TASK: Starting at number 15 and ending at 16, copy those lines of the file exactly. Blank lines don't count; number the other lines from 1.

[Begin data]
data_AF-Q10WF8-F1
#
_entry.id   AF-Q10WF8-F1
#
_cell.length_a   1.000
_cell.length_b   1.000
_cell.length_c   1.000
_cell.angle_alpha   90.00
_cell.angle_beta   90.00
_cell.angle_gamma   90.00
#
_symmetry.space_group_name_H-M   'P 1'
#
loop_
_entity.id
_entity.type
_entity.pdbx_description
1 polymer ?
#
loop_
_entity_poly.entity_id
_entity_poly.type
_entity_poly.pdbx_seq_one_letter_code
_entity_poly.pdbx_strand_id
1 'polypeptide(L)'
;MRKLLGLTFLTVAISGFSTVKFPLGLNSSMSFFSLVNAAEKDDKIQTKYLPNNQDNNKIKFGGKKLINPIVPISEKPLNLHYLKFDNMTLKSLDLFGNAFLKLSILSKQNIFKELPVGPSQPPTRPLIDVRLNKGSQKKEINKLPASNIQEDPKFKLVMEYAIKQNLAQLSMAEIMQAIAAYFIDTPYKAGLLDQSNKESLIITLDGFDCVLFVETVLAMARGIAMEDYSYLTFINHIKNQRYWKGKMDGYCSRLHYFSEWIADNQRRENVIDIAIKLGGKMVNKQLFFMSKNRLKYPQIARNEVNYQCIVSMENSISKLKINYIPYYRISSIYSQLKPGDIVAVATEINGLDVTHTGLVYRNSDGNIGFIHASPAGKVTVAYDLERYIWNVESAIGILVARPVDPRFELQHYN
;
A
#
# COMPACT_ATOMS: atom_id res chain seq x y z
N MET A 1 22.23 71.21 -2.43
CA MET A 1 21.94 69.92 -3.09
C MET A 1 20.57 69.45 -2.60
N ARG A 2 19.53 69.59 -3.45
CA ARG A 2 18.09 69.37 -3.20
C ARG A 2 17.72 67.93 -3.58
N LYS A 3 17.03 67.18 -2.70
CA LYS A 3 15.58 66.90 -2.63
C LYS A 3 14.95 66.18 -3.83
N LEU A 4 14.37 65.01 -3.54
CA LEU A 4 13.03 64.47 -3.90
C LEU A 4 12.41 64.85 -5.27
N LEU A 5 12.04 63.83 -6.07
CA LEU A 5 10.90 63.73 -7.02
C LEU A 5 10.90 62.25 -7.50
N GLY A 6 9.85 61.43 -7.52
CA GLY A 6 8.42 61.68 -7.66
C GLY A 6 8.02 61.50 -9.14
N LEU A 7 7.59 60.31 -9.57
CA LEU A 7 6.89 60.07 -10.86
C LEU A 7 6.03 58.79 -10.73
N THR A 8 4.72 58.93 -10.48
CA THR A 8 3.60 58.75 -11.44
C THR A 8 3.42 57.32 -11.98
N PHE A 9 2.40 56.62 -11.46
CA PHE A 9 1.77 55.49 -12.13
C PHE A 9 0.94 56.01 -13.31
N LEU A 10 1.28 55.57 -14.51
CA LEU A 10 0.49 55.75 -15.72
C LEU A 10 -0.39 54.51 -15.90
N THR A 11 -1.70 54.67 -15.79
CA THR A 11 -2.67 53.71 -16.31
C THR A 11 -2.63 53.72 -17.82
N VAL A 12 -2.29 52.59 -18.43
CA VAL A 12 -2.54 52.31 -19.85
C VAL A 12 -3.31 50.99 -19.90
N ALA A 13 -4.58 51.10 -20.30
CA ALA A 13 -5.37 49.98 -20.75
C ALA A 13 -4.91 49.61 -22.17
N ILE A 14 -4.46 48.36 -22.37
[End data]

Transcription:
_entity.id
_entity.type